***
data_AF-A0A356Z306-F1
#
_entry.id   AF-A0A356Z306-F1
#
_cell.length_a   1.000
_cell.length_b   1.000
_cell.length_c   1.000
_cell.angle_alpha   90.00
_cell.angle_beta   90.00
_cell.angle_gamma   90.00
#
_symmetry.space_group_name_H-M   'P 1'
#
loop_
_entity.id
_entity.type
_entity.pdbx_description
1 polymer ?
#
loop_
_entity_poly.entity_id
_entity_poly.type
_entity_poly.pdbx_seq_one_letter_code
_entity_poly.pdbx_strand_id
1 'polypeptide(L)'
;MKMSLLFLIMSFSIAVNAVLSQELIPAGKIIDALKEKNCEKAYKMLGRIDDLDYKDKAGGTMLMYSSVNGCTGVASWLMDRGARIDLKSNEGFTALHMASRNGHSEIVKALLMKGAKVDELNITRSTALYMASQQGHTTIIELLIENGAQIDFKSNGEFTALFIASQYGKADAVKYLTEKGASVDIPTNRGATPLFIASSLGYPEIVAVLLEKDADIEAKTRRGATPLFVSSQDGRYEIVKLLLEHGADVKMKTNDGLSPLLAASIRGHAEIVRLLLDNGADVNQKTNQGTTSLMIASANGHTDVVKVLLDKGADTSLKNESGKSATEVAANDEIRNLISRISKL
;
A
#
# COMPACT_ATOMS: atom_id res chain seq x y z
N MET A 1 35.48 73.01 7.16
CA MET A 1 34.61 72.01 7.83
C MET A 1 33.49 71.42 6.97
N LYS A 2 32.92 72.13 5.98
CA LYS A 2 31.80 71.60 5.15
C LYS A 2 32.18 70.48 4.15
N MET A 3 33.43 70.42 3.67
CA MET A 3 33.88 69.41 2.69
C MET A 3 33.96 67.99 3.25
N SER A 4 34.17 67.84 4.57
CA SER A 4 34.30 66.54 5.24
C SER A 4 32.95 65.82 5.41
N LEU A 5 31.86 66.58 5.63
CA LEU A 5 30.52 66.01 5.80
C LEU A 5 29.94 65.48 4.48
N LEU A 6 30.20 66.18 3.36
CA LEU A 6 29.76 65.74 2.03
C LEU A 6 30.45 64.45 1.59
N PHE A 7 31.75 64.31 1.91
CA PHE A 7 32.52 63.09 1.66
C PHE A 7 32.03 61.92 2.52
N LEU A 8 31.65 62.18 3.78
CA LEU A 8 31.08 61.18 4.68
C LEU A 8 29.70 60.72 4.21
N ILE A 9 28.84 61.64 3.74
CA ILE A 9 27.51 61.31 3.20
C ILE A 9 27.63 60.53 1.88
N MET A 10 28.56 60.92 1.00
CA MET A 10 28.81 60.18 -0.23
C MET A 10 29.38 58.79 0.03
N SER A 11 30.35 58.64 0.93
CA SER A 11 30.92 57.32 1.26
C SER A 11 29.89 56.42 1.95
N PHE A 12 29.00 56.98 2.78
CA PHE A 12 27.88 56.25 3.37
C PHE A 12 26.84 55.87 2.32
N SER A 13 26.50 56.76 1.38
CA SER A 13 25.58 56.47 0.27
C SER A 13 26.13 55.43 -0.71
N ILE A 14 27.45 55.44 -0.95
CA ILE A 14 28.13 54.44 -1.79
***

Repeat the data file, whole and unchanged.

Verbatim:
data_AF-A0A356Z306-F1
#
_entry.id   AF-A0A356Z306-F1
#
_cell.length_a   1.000
_cell.length_b   1.000
_cell.length_c   1.000
_cell.angle_alpha   90.00
_cell.angle_beta   90.00
_cell.angle_gamma   90.00
#
_symmetry.space_group_name_H-M   'P 1'
#
loop_
_entity.id
_entity.type
_entity.pdbx_description
1 polymer ?
#
loop_
_entity_poly.entity_id
_entity_poly.type
_entity_poly.pdbx_seq_one_letter_code
_entity_poly.pdbx_strand_id
1 'polypeptide(L)'
;MKMSLLFLIMSFSIAVNAVLSQELIPAGKIIDALKEKNCEKAYKMLGRIDDLDYKDKAGGTMLMYSSVNGCTGVASWLMDRGARIDLKSNEGFTALHMASRNGHSEIVKALLMKGAKVDELNITRSTALYMASQQGHTTIIELLIENGAQIDFKSNGEFTALFIASQYGKADAVKYLTEKGASVDIPTNRGATPLFIASSLGYPEIVAVLLEKDADIEAKTRRGATPLFVSSQDGRYEIVKLLLEHGADVKMKTNDGLSPLLAASIRGHAEIVRLLLDNGADVNQKTNQGTTSLMIASANGHTDVVKVLLDKGADTSLKNESGKSATEVAANDEIRNLISRISKL
;
A
#
# COMPACT_ATOMS: atom_id res chain seq x y z
N MET A 1 35.48 73.01 7.16
CA MET A 1 34.61 72.01 7.83
C MET A 1 33.49 71.42 6.97
N LYS A 2 32.92 72.13 5.98
CA LYS A 2 31.80 71.60 5.15
C LYS A 2 32.18 70.48 4.15
N MET A 3 33.43 70.42 3.67
CA MET A 3 33.88 69.41 2.69
C MET A 3 33.96 67.99 3.25
N SER A 4 34.17 67.84 4.57
CA SER A 4 34.30 66.54 5.24
C SER A 4 32.95 65.82 5.41
N LEU A 5 31.86 66.58 5.63
CA LEU A 5 30.52 66.01 5.80
C LEU A 5 29.94 65.48 4.48
N LEU A 6 30.20 66.18 3.36
CA LEU A 6 29.76 65.74 2.03
C LEU A 6 30.45 64.45 1.59
N PHE A 7 31.75 64.31 1.91
CA PHE A 7 32.52 63.09 1.66
C PHE A 7 32.03 61.92 2.52
N LEU A 8 31.65 62.18 3.78
CA LEU A 8 31.08 61.18 4.68
C LEU A 8 29.70 60.72 4.21
N ILE A 9 28.84 61.64 3.74
CA ILE A 9 27.51 61.31 3.20
C ILE A 9 27.63 60.53 1.88
N MET A 10 28.56 60.92 1.00
CA MET A 10 28.81 60.18 -0.23
C MET A 10 29.38 58.79 0.03
N SER A 11 30.35 58.64 0.93
CA SER A 11 30.92 57.32 1.26
C SER A 11 29.89 56.42 1.95
N PHE A 12 29.00 56.98 2.78
CA PHE A 12 27.88 56.25 3.37
C PHE A 12 26.84 55.87 2.32
N SER A 13 26.50 56.76 1.38
CA SER A 13 25.58 56.47 0.27
C SER A 13 26.13 55.43 -0.71
N ILE A 14 27.45 55.44 -0.95
CA ILE A 14 28.13 54.44 -1.79